Let's get back to the formula to see where we're at:
\[ r = \cfrac{ \left( \cfrac{\sum ((x_{Each}  \bar{X_x})*(y_{Each}  \bar{X_y}) ) }{(N1)}\right) } {(s_x \times s_y)} \nonumber \]
We took each score from the first variable ("x") and subtracted that variables mean from it. Then subtracted the mean of the second variable ("y") from each score of that variable. Then we multiplied them all together, and finally added up all of those products.
When we add up all of the answers from the the last column in Table \(\PageIndex{1}\) to calculate find the numerator of the numerator, also known as the numerator of the covariation formula (\( \text{COV} = \dfrac{\sum ((x_{Each}  \bar{X_x})\times(y_{Each}  \bar{X_y}) ) }{(N1)} \)) from the table, and then we only have to divide by \(N – 1\) to get our covariance (the numerator of the correlation formula). Note that N is the number of people, so the number the pairs. It is not the number of scores. For example, if we measured 10 participants' happiness scores and their chocolate supply, we would have 10 scores for happiness and 10 scores for chocolate, and N would also be 10 (n = 10) because we had 10 people.
Unlike the sum of squares, both our sum of products and our covariance can be positive, negative, or zero, and they will always match (e.g. if our sum of products is positive, our covariance will always be positive). A positive sum of products and covariance indicates that the two variables are related and move in the same direction. That is, as one variable goes up, the other will also go up, and vice versa. A negative sum of products and covariance means that the variables are related but move in opposite directions when they change, which is called an inverse relation. In an inverse relation, as one variable goes up, the other variable goes down. If the sum of products and covariance are zero, then that means that the variables are not related. As one variable goes up or down, the other variable does not change in a consistent or predictable way.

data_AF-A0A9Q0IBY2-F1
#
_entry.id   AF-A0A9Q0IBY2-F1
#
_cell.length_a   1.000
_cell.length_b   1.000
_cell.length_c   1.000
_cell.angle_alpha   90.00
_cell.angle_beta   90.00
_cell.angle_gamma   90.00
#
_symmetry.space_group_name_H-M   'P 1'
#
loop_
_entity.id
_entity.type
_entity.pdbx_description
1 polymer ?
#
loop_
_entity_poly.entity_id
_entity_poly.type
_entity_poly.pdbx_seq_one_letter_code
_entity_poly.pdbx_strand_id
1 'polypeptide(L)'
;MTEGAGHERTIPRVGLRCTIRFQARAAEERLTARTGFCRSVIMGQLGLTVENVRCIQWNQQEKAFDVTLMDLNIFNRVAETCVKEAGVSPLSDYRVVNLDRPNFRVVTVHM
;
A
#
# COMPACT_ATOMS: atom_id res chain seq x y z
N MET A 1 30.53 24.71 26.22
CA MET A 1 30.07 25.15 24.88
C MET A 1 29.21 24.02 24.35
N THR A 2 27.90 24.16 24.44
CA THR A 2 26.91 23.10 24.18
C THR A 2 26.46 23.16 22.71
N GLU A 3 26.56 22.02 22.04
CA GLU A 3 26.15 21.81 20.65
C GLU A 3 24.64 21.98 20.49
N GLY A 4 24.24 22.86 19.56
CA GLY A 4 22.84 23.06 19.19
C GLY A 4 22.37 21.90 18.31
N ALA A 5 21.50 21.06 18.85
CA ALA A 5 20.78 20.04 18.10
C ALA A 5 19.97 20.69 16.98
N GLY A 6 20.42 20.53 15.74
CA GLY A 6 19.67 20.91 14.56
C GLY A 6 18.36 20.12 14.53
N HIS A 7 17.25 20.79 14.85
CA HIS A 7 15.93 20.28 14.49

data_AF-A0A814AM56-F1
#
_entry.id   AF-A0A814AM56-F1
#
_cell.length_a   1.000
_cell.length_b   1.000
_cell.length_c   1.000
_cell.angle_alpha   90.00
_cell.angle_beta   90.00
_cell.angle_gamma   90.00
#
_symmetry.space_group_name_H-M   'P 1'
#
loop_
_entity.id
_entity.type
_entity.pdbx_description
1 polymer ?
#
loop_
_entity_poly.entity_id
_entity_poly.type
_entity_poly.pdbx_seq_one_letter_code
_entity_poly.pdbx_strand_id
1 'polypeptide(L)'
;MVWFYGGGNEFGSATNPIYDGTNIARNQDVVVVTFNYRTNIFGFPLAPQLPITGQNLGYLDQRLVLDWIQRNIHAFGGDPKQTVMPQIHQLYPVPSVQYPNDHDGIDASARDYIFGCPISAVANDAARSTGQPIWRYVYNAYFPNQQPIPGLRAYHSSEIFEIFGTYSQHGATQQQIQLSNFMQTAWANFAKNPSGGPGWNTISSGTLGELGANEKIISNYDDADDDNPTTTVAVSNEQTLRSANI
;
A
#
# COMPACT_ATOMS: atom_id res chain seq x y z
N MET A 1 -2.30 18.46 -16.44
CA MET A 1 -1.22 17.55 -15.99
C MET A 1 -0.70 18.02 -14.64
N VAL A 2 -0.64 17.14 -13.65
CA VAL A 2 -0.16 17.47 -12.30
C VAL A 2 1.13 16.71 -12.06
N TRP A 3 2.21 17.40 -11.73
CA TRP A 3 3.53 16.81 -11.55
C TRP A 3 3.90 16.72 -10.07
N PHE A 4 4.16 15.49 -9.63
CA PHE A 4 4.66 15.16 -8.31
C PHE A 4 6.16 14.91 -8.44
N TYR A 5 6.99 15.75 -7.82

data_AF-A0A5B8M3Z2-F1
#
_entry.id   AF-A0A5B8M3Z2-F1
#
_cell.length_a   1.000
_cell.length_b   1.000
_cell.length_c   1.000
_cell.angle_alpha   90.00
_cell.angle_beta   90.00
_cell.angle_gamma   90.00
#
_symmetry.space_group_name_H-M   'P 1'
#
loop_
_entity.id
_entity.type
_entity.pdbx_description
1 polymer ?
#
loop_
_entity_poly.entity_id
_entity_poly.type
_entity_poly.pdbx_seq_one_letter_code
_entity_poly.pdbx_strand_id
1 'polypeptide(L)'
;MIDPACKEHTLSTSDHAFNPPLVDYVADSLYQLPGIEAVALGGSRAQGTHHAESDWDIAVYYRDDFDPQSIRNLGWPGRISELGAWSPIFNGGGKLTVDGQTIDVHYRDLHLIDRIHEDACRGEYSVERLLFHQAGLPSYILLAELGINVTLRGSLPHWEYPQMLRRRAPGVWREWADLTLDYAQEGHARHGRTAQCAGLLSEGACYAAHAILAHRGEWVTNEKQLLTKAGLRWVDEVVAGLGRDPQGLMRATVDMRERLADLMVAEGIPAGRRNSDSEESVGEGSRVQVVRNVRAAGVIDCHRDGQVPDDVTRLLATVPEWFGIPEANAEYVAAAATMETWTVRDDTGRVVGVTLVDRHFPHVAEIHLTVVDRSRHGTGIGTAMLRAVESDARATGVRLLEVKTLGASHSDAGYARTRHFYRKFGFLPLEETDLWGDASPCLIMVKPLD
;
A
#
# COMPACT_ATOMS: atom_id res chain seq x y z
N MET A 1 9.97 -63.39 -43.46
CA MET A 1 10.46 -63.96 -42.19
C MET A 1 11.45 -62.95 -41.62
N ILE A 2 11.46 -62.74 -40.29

The previous paragraph brings us to an important definition about relations between variables. What we are looking for in a relation is a consistent or predictable pattern. That is, the variables change together, either in the same direction or opposite directions, in the same way each time. It doesn’t matter if this relation is positive or negative, only that it is not zero. If there is no consistency in how the variables change within a person, then the relation is zero and does not exist. We will revisit this notion of direction vs zero relation later on.
Denominator: Standard Deviations
As you can see in the formula for Pearson's correlation:
\[ r = \cfrac{ \left( \cfrac{\sum ((x_{Each}  \bar{X_x})*(y_{Each}  \bar{X_y}) ) }{(N1)}\right) } {(s_x \times s_y)} \nonumber \]
that the denominator is just multiplying the two standard deviations together. It looks like this:
\[ r_{denominator} =\left( \sqrt{\dfrac{\sum(x\overline {X_x})^{2}}{N1}} \right) * \left( \sqrt{\dfrac{\sum(y\overline {X_y})^{2}}{N1}} \nonumber \right)\]
Easypeasy!
Full Formula to Calculate Standard Deviations
Okay, I don't want to scare you, but I do want you to be prepared. Although, firstly, you will probably never calculate a standard deviation or a correlation by hand outside of this class. Secondly, even if your professor asks you to calculate a correlation, it is sorta unlikely that they wouldn't just give you the standard deviations. That's a lot of calculations to do by hand! But just in case, here is the very fullest of formulas for Pearson's r:
\[ \cfrac{ \left( \cfrac{\sum ((x  \bar{X_x})*(y  \bar{X_y}) ) }{(N1)}\right) } {\left( \sqrt{\dfrac{\sum(x\overline {X_x})^{2}}{N1}} \right) \times \left( \sqrt{\dfrac{\sum(y\overline {X_y})^{2}}{N1}} \right)} \nonumber \]
Next up, let's practice using these formulas!
Contributors and Attributions
Foster et al. (University of MissouriSt. Louis, Rice University, & University of Houston, Downtown Campus)